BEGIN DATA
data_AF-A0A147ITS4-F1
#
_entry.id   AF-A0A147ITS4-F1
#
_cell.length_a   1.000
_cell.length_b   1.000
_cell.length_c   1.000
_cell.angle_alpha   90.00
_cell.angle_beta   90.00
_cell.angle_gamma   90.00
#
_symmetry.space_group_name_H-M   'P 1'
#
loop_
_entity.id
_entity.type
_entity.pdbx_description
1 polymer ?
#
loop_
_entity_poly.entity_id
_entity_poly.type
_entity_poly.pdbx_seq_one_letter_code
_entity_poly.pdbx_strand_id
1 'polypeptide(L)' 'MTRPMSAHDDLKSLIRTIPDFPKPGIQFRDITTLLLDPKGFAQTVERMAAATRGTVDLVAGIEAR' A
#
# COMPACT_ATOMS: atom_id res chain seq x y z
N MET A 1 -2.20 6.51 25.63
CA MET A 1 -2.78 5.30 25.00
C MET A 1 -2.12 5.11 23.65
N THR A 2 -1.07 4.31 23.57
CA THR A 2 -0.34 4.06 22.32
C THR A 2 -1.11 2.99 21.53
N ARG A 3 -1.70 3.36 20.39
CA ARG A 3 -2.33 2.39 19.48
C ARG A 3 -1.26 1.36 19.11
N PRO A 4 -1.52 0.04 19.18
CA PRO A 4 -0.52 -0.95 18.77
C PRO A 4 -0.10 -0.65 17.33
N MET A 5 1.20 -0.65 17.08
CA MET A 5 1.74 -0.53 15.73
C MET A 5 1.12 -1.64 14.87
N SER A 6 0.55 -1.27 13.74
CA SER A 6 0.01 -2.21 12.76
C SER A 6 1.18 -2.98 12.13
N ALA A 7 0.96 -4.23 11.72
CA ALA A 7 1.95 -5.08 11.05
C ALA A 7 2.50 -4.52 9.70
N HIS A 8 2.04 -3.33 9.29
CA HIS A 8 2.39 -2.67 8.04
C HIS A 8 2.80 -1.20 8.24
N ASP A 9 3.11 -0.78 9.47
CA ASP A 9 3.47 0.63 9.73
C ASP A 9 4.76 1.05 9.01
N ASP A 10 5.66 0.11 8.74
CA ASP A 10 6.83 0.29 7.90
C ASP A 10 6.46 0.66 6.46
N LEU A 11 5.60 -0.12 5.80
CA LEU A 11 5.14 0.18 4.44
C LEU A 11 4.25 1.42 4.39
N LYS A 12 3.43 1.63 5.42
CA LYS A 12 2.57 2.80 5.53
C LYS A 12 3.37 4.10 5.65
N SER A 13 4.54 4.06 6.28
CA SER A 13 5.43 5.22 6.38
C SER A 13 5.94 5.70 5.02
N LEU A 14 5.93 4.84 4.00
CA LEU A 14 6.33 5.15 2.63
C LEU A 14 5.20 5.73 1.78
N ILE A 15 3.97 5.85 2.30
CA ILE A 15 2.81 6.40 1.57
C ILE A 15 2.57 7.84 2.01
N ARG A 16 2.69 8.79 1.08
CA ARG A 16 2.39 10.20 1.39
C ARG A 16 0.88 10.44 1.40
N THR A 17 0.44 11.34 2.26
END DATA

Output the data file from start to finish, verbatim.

data_AF-A0A147ITS4-F1
#
_entry.id   AF-A0A147ITS4-F1
#
_cell.length_a   1.000
_cell.length_b   1.000
_cell.length_c   1.000
_cell.angle_alpha   90.00
_cell.angle_beta   90.00
_cell.angle_gamma   90.00
#
_symmetry.space_group_name_H-M   'P 1'
#
loop_
_entity.id
_entity.type
_entity.pdbx_description
1 polymer ?
#
loop_
_entity_poly.entity_id
_entity_poly.type
_entity_poly.pdbx_seq_one_letter_code
_entity_poly.pdbx_strand_id
1 'polypeptide(L)' 'MTRPMSAHDDLKSLIRTIPDFPKPGIQFRDITTLLLDPKGFAQTVERMAAATRGTVDLVAGIEAR' A
#
# COMPACT_ATOMS: atom_id res chain seq x y z
N MET A 1 -2.20 6.51 25.63
CA MET A 1 -2.78 5.30 25.00
C MET A 1 -2.12 5.11 23.65
N THR A 2 -1.07 4.31 23.57
CA THR A 2 -0.34 4.06 22.32
C THR A 2 -1.11 2.99 21.53
N ARG A 3 -1.70 3.36 20.39
CA ARG A 3 -2.33 2.39 19.48
C ARG A 3 -1.26 1.36 19.11
N PRO A 4 -1.52 0.04 19.18
CA PRO A 4 -0.52 -0.95 18.77
C PRO A 4 -0.10 -0.65 17.33
N MET A 5 1.20 -0.65 17.08
CA MET A 5 1.74 -0.53 15.73
C MET A 5 1.12 -1.64 14.87
N SER A 6 0.55 -1.27 13.74
CA SER A 6 0.01 -2.21 12.76
C SER A 6 1.18 -2.98 12.13
N ALA A 7 0.96 -4.23 11.72
CA ALA A 7 1.95 -5.08 11.05
C ALA A 7 2.50 -4.52 9.70
N HIS A 8 2.04 -3.33 9.29
CA HIS A 8 2.39 -2.67 8.04
C HIS A 8 2.80 -1.20 8.24
N ASP A 9 3.11 -0.78 9.47
CA ASP A 9 3.47 0.63 9.73
C ASP A 9 4.76 1.05 9.01
N ASP A 10 5.66 0.11 8.74
CA ASP A 10 6.83 0.29 7.90
C ASP A 10 6.46 0.66 6.46
N LEU A 11 5.60 -0.12 5.80
CA LEU A 11 5.14 0.18 4.44
C LEU A 11 4.25 1.42 4.39
N LYS A 12 3.43 1.63 5.42
CA LYS A 12 2.57 2.80 5.53
C LYS A 12 3.37 4.10 5.65
N SER A 13 4.54 4.06 6.28
CA SER A 13 5.43 5.22 6.38
C SER A 13 5.94 5.70 5.02
N LEU A 14 5.93 4.84 4.00
CA LEU A 14 6.33 5.15 2.63
C LEU A 14 5.20 5.73 1.78
N ILE A 15 3.97 5.85 2.30
CA ILE A 15 2.81 6.40 1.57
C ILE A 15 2.57 7.84 2.01
N ARG A 16 2.69 8.79 1.08
CA ARG A 16 2.39 10.20 1.39
C ARG A 16 0.88 10.44 1.40
N THR A 17 0.44 11.34 2.26